Well, here we are. 2019. While I know that time is a construct and nothing is fundamentally different than it was at 11:59 on December 31, 2018, I’ve grown to appreciate the symbolism of the new year. After our endless scribbling and tweaking on the etch-a-sketch that was our lives in a given year, we get to shake the screen clean and start over.
Even though every other aspect of our lives may be unchanged—same job, same city, same house, same gripes—we get to start fresh, supposedly. And it feels good. Even if it is just a construct.
It kind of reminds me of Kroger’s house brand of vegetables, which my husband and I were amused to learn was called “Freshlike.” It’s not fresh; it’s freshlike. Even though the name seems to call attention to the product not being fresh, I know what they’re getting at: “These vegetables may come in a can or be frozen, but it’s just like they’re fresh!” So too with the new year. Even though your life may be fundamentally unchanged, it’s just like you’re getting a new start.
But seriously, this sense of starting anew can really be powerful. I felt this intensely on the second day of this decade, the day following my wedding. My husband and I were married at a lodge in northern Wisconsin, the world was covered with ice and snow, and it was exceptionally cold. We woke up early to a brilliantly sunny morning and walked out onto the frozen lake that the lodge overlooked. Everything—the light, the cold, the sounds—was sharp and crisp; the only sounds were our breathing and the snow crunching and squeaking under our boots. The world, blanketed with a fresh layer of snow that twinkled under the bright morning light, seemed as fresh and promising as our new life together as a married couple. I felt invigorated and hopeful. I felt present. I felt at peace.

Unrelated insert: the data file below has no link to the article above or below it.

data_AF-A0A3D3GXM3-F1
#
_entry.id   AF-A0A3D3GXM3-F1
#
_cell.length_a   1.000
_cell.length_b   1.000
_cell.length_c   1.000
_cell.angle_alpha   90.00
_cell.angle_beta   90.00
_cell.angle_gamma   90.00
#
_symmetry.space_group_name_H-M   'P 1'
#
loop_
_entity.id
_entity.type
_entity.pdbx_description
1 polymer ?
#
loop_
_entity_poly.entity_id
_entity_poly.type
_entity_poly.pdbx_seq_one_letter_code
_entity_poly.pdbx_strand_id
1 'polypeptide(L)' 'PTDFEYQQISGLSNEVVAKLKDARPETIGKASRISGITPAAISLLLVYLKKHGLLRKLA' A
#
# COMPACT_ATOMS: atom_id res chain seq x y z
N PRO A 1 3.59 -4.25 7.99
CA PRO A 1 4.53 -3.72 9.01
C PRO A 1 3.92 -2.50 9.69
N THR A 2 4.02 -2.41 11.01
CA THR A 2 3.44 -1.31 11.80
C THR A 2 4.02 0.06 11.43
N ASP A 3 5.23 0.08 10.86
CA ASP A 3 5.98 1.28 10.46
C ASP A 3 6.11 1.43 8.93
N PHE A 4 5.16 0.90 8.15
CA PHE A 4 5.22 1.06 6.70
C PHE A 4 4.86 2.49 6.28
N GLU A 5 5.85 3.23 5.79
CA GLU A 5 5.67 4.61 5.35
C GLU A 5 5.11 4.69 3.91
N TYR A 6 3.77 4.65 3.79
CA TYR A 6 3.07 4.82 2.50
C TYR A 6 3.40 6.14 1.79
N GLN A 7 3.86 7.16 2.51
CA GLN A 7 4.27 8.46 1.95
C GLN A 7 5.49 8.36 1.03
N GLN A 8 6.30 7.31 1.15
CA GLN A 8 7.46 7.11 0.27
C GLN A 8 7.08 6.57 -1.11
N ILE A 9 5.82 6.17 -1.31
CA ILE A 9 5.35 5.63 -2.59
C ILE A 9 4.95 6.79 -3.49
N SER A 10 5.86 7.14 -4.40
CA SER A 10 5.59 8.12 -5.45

When I think of the new year, I think of that morning. Wouldn’t it be lovely if every day brought the peace of a bright winter morning in the pine forest on the day after your wedding? Happy New Year!